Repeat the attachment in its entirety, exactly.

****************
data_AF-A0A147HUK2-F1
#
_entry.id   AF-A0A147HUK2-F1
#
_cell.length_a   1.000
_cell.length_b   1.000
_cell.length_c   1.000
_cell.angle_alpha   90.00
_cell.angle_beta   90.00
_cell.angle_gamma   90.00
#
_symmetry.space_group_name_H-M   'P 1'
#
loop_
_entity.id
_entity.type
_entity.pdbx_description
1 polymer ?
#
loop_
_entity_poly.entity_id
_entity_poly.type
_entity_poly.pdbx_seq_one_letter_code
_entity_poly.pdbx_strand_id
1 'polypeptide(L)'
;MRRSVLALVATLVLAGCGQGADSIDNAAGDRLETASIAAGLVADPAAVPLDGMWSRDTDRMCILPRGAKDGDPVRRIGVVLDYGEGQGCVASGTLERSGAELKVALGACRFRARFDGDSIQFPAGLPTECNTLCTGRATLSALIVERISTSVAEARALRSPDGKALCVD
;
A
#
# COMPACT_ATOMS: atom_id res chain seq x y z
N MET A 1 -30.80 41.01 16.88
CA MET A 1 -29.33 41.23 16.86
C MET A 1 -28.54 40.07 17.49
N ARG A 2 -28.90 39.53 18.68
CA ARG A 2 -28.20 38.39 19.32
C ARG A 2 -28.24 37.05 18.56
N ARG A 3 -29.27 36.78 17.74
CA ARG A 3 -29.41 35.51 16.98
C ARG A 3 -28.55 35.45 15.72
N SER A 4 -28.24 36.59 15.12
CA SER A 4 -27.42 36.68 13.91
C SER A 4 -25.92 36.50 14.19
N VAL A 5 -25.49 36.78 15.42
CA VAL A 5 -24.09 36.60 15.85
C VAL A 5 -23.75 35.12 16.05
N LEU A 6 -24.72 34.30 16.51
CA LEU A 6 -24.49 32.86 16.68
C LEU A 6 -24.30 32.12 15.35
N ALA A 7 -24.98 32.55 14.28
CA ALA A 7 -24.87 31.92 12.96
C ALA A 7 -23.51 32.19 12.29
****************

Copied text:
data_AF-A0A147HUK2-F1
#
_entry.id   AF-A0A147HUK2-F1
#
_cell.length_a   1.000
_cell.length_b   1.000
_cell.length_c   1.000
_cell.angle_alpha   90.00
_cell.angle_beta   90.00
_cell.angle_gamma   90.00
#
_symmetry.space_group_name_H-M   'P 1'
#
loop_
_entity.id
_entity.type
_entity.pdbx_description
1 polymer ?
#
loop_
_entity_poly.entity_id
_entity_poly.type
_entity_poly.pdbx_seq_one_letter_code
_entity_poly.pdbx_strand_id
1 'polypeptide(L)'
;MRRSVLALVATLVLAGCGQGADSIDNAAGDRLETASIAAGLVADPAAVPLDGMWSRDTDRMCILPRGAKDGDPVRRIGVVLDYGEGQGCVASGTLERSGAELKVALGACRFRARFDGDSIQFPAGLPTECNTLCTGRATLSALIVERISTSVAEARALRSPDGKALCVD
;
A
#
# COMPACT_ATOMS: atom_id res chain seq x y z
N MET A 1 -30.80 41.01 16.88
CA MET A 1 -29.33 41.23 16.86
C MET A 1 -28.54 40.07 17.49
N ARG A 2 -28.90 39.53 18.68
CA ARG A 2 -28.20 38.39 19.32
C ARG A 2 -28.24 37.05 18.56
N ARG A 3 -29.27 36.78 17.74
CA ARG A 3 -29.41 35.51 16.98
C ARG A 3 -28.55 35.45 15.72
N SER A 4 -28.24 36.59 15.12
CA SER A 4 -27.42 36.68 13.91
C SER A 4 -25.92 36.50 14.19
N VAL A 5 -25.49 36.78 15.42
CA VAL A 5 -24.09 36.60 15.85
C VAL A 5 -23.75 35.12 16.05
N LEU A 6 -24.72 34.30 16.51
CA LEU A 6 -24.49 32.86 16.68
C LEU A 6 -24.30 32.12 15.35
N ALA A 7 -24.98 32.55 14.28
CA ALA A 7 -24.87 31.92 12.96
C ALA A 7 -23.51 32.19 12.29